Trees sway with the breeze alongside the fairways at the Robert Trent Jones Golf Trail. A fierce wind whips off the Pacific Ocean, knocking drives off-course at Pebble Beach's famous 18th hole. At Golf Anytime, formerly known as Global Indoor Golf, players take on the signature challenges of 66 international golf courses without leaving the comfort of their hitting bay. Instead, they queue up the course of their choice on the bay's control monitor and watch as the terrain takes shape on a 14-foot screen, with the slopes, swale, and likelihood for seismic activity accurately recreated via advanced computer technology. Using their own clubs or the center's complimentary set of TaylorMade RocketBallz Stage 2 drivers and fairway woods and the RocketBladez Irons, players hit golf balls off an artificial turf mat into the screen, where two 360-degree curtains of infrared light-wave technology capture the golf ball's flight information and spit back instant feedback on the shot's flight data. The entire experience—from choosing a dream course, to sipping on between-shot beers in the lounge-like setting, to screaming “fore” in binary code—does away with the hassles commonly associated with real golf, such as uncooperative weather, hefty greens fees, and difficulty attaining a tee time. Guests may also sate post-swing appetites via a full menu of food, snacks, and brews.
Strategically located on the road to a number of ski resorts in and around Salt Lake City, The Wasatch Ski Connection ensures thrill-seekers don?t show up to the slopes empty-footed. The knowledgeable staff stock the store with a full line of rentable skis and snowboards, as well as rentable clothing, including jackets, pants, and goggles. They also tune-up, repair, and wax equipment for those who own their own gear.
For more than 30 years, Green Street has been dishing out a full menu of beer-hall staples while invigorating ears with live entertainment five nights a week. During warm months, customers can lounge on Green Street's palatial garden patio while noshing on palate-pleasing appetizers such as sweet potato fries ($4.99), artichoke dip ($7.29), or the Combo Mombo—a platter of chicken wings, potato skins, southwestern egg rolls, and battered fried mushrooms ($9.99) easily shared among friends or devoured by one huge toddler. An onslaught of entrees includes the blackened-salmon caesar salad, which parades across the palate led by an 8-ounce filet ($9.49), or the chili verde burrito ($7.99) served as a special on Tuesdays, sating beginning of the week tortilla-entrapped cravings. An Angus bacon cheeseburger ($7.99) and a half-rack of grilled, barbecued baby-back ribs ($12.99) round out meat-centric menu options.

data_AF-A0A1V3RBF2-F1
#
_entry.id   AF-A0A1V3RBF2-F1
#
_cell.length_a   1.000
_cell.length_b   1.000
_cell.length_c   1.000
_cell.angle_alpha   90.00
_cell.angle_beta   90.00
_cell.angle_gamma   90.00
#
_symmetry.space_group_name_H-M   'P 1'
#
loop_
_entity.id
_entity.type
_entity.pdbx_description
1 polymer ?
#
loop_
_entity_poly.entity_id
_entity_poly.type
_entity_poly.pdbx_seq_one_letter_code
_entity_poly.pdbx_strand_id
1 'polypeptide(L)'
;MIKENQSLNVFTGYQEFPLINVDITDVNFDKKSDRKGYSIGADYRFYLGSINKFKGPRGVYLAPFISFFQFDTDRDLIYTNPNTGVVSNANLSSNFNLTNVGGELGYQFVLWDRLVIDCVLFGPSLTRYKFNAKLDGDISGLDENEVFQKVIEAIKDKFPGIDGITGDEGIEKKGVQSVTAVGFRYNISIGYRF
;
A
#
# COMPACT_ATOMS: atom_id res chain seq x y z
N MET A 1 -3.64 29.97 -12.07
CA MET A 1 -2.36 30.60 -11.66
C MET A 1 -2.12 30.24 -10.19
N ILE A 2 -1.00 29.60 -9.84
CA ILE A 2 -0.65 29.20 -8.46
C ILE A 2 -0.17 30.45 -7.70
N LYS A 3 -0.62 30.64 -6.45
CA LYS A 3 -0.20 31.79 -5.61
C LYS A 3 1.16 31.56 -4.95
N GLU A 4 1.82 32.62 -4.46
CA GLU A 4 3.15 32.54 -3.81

Recognized as the Utah State Amateur Champion in 2003 and the Salt Lake City Amateur Champion in 2008, teaching professional, Tommy Sharp brings a high degree of renown and teaching capability to his role as a golf instructor at Golf Lab. Sharp's primary focus as an instructor is to help players improve, whether the student is picking up clubs for the first time, pursuing success on a professional circuit, or hoping to unobtrusively observe caddies in their natural habitat.
The indoor and outdoor facility is equipped with modern swing-analysis technology such as high-speed cameras and three-dimensional launch monitors that allow players to see their swings alongside those of professionals. Instruction focuses on the most important facets of the game: the full swing, putting and the short game, physical fitness, and club fitting.
Equal parts footrace, obstacle course, and mud bath, each RunnerCross course pits participants against up to 15 kilometers of creative and slippery barriers. Runnable as an individual race or as a team relay, heats of 300 runners at a time quickly muddy themselves as they scramble over hay bales, scale rain-slicked hills, and traverse bogs atop a teetering rope bridge. ChronoTrack timing chips in the numbered bibs give runners accurate lap times for settling photo finishes or stacking against past 5Ks, such as George Washington's historic run from a mob of angry cherry farmers.
Reas Shanahan began fencing as a hobby while attending college at Brigham Young University–Idaho. After he graduated, though, he realized that the sport would be a lifelong pursuit rather than a passing interest. At Salt Lake City, he guides students of all ages and experience levels through fencing basics, teaching them how to maneuver a sword with precision or calculate an opponent's next move. With regular practice, students can improve reflexes, tone muscles, or learn to skewer enough shrimp and vegetables for a shish kebab in one jab.